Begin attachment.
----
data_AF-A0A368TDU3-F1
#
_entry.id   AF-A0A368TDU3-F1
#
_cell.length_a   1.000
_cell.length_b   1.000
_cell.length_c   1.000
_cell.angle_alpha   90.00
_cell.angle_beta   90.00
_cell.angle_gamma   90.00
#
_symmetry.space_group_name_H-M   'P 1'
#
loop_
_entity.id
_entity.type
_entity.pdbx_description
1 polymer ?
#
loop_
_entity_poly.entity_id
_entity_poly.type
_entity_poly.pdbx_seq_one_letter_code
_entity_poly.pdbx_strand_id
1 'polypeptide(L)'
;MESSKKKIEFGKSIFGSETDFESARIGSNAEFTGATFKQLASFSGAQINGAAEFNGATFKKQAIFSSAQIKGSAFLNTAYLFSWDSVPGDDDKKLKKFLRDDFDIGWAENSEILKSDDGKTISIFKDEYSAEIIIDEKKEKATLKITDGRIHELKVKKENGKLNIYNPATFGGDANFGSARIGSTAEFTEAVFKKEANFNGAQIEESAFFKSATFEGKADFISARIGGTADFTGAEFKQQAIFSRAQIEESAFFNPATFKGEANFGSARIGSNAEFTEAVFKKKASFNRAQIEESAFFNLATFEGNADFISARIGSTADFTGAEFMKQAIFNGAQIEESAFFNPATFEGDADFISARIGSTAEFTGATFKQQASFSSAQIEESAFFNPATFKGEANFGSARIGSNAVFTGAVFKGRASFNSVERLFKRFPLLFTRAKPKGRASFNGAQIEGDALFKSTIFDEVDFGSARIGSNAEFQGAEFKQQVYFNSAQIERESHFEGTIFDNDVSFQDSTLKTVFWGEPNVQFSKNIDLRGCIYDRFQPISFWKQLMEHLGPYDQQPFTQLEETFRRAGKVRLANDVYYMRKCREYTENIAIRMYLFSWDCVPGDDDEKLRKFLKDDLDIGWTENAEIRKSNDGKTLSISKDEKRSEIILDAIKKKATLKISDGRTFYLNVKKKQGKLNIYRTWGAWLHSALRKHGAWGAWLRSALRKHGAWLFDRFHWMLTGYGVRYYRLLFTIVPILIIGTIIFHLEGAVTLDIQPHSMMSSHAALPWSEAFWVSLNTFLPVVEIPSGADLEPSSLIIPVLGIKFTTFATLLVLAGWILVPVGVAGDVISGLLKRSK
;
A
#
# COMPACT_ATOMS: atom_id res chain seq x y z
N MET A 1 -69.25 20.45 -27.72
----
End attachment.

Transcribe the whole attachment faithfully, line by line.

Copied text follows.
data_AF-A0A368TDU3-F1
#
_entry.id   AF-A0A368TDU3-F1
#
_cell.length_a   1.000
_cell.length_b   1.000
_cell.length_c   1.000
_cell.angle_alpha   90.00
_cell.angle_beta   90.00
_cell.angle_gamma   90.00
#
_symmetry.space_group_name_H-M   'P 1'
#
loop_
_entity.id
_entity.type
_entity.pdbx_description
1 polymer ?
#
loop_
_entity_poly.entity_id
_entity_poly.type
_entity_poly.pdbx_seq_one_letter_code
_entity_poly.pdbx_strand_id
1 'polypeptide(L)'
;MESSKKKIEFGKSIFGSETDFESARIGSNAEFTGATFKQLASFSGAQINGAAEFNGATFKKQAIFSSAQIKGSAFLNTAYLFSWDSVPGDDDKKLKKFLRDDFDIGWAENSEILKSDDGKTISIFKDEYSAEIIIDEKKEKATLKITDGRIHELKVKKENGKLNIYNPATFGGDANFGSARIGSTAEFTEAVFKKEANFNGAQIEESAFFKSATFEGKADFISARIGGTADFTGAEFKQQAIFSRAQIEESAFFNPATFKGEANFGSARIGSNAEFTEAVFKKKASFNRAQIEESAFFNLATFEGNADFISARIGSTADFTGAEFMKQAIFNGAQIEESAFFNPATFEGDADFISARIGSTAEFTGATFKQQASFSSAQIEESAFFNPATFKGEANFGSARIGSNAVFTGAVFKGRASFNSVERLFKRFPLLFTRAKPKGRASFNGAQIEGDALFKSTIFDEVDFGSARIGSNAEFQGAEFKQQVYFNSAQIERESHFEGTIFDNDVSFQDSTLKTVFWGEPNVQFSKNIDLRGCIYDRFQPISFWKQLMEHLGPYDQQPFTQLEETFRRAGKVRLANDVYYMRKCREYTENIAIRMYLFSWDCVPGDDDEKLRKFLKDDLDIGWTENAEIRKSNDGKTLSISKDEKRSEIILDAIKKKATLKISDGRTFYLNVKKKQGKLNIYRTWGAWLHSALRKHGAWGAWLRSALRKHGAWLFDRFHWMLTGYGVRYYRLLFTIVPILIIGTIIFHLEGAVTLDIQPHSMMSSHAALPWSEAFWVSLNTFLPVVEIPSGADLEPSSLIIPVLGIKFTTFATLLVLAGWILVPVGVAGDVISGLLKRSK
;
A
#
# COMPACT_ATOMS: atom_id res chain seq x y z
N MET A 1 -69.25 20.45 -27.72